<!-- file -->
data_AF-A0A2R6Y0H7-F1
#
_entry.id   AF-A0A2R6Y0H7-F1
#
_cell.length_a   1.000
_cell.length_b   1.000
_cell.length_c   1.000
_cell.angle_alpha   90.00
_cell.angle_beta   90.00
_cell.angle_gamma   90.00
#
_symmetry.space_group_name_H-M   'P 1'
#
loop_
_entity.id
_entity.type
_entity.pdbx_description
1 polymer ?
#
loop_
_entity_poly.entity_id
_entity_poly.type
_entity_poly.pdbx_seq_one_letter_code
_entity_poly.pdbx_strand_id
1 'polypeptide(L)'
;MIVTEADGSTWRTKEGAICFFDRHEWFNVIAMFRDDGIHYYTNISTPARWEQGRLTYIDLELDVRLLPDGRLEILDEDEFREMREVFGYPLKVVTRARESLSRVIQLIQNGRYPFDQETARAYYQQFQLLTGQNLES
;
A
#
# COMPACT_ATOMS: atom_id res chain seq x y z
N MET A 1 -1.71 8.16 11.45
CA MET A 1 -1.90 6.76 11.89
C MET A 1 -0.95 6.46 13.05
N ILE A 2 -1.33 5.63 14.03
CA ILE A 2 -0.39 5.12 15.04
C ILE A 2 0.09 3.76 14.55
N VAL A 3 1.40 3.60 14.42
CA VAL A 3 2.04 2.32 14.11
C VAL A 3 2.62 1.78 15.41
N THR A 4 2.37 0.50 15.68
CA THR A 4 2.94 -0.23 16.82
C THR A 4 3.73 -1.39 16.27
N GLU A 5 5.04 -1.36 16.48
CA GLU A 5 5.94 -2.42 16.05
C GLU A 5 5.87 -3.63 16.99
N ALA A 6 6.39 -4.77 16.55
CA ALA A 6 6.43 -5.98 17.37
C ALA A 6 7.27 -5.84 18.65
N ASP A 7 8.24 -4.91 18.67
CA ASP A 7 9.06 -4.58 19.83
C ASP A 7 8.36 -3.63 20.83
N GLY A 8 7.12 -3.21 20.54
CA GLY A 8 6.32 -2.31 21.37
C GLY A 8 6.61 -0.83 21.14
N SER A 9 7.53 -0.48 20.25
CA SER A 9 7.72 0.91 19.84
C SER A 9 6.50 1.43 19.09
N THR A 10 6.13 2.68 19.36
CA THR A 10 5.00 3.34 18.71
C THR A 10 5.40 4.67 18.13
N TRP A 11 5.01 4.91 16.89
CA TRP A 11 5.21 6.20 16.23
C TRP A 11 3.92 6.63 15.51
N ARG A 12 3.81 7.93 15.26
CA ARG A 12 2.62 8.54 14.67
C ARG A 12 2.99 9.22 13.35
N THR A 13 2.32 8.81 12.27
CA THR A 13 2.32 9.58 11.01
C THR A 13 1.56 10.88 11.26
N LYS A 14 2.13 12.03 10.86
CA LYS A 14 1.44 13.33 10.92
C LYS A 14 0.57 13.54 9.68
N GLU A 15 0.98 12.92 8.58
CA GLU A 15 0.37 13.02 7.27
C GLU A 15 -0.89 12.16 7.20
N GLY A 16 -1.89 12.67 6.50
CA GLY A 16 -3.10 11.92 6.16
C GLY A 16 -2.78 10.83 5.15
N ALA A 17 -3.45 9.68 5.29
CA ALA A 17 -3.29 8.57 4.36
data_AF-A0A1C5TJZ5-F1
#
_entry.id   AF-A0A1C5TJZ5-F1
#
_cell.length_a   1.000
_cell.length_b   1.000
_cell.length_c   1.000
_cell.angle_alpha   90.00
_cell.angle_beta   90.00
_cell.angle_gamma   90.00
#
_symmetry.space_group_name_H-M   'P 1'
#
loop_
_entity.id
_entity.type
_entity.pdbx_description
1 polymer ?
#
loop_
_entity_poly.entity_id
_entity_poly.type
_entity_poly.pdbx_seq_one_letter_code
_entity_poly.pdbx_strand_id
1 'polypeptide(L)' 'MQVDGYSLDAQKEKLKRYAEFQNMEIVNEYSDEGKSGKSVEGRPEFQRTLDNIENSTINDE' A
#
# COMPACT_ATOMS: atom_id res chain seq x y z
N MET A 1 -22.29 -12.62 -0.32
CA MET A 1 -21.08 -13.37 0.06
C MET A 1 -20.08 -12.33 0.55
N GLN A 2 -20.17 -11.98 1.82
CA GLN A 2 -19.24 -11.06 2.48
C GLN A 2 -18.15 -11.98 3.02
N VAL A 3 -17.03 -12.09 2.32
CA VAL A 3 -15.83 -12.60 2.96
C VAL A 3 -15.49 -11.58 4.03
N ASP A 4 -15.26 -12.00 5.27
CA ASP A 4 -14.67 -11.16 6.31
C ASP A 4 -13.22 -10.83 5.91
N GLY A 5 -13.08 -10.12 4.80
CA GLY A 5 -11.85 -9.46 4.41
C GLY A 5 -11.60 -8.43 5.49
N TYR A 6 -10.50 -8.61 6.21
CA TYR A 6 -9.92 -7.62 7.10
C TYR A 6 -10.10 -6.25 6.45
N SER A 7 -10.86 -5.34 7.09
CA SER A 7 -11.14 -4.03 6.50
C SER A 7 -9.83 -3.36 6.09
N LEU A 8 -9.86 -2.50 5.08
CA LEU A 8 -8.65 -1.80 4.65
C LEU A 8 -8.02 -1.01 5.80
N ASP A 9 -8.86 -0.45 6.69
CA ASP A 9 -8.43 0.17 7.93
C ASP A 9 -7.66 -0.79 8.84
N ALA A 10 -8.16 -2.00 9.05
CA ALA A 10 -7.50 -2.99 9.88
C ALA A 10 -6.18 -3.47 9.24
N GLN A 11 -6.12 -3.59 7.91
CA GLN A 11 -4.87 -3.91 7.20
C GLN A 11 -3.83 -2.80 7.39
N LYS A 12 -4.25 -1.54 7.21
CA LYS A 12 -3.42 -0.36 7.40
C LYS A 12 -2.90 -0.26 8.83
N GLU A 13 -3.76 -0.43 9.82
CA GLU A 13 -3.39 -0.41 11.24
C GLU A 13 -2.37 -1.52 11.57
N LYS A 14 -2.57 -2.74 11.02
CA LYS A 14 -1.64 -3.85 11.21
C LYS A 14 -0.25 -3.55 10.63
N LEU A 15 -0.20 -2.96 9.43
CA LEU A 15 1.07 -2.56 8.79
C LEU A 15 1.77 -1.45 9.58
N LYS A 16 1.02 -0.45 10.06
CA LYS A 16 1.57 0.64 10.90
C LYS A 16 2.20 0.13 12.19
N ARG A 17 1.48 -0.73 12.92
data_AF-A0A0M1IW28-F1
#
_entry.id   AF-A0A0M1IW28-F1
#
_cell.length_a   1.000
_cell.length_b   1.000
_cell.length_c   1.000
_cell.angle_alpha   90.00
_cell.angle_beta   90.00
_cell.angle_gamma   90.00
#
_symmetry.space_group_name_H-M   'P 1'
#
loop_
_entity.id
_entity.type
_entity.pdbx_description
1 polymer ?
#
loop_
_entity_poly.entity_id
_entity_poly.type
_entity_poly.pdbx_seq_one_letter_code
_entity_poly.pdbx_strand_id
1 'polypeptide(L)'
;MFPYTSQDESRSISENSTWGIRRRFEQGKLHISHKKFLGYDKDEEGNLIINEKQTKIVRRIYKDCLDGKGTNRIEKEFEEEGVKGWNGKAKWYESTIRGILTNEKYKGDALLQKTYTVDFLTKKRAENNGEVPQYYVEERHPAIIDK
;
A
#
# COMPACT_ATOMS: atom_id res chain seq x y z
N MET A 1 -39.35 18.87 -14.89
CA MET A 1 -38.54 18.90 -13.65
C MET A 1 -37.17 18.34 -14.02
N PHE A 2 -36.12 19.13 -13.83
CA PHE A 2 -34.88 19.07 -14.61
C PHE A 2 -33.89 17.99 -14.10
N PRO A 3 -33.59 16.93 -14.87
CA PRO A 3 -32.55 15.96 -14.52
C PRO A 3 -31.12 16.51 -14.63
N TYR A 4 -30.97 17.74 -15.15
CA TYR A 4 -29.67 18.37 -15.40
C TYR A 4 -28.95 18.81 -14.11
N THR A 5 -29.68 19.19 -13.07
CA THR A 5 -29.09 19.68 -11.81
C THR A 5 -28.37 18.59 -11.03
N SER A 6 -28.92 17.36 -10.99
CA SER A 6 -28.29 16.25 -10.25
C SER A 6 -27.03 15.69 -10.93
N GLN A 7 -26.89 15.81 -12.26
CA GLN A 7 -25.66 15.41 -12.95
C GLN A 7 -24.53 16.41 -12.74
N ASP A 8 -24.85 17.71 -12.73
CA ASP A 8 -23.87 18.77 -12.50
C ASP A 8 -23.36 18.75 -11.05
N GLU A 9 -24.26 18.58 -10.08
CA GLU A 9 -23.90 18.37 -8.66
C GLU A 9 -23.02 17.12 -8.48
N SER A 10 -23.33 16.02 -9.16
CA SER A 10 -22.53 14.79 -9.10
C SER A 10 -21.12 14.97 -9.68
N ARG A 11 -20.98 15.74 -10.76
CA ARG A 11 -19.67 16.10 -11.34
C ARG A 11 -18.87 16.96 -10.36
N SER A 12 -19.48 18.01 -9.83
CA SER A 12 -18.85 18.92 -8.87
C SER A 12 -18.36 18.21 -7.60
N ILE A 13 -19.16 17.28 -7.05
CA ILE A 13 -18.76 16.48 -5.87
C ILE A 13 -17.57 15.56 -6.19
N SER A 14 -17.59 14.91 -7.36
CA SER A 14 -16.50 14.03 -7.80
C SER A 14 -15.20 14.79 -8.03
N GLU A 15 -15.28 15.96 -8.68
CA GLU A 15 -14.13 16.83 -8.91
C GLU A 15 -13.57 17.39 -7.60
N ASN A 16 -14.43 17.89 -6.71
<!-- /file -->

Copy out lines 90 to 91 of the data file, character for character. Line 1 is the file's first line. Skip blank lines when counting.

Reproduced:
_cell.angle_gamma   90.00
#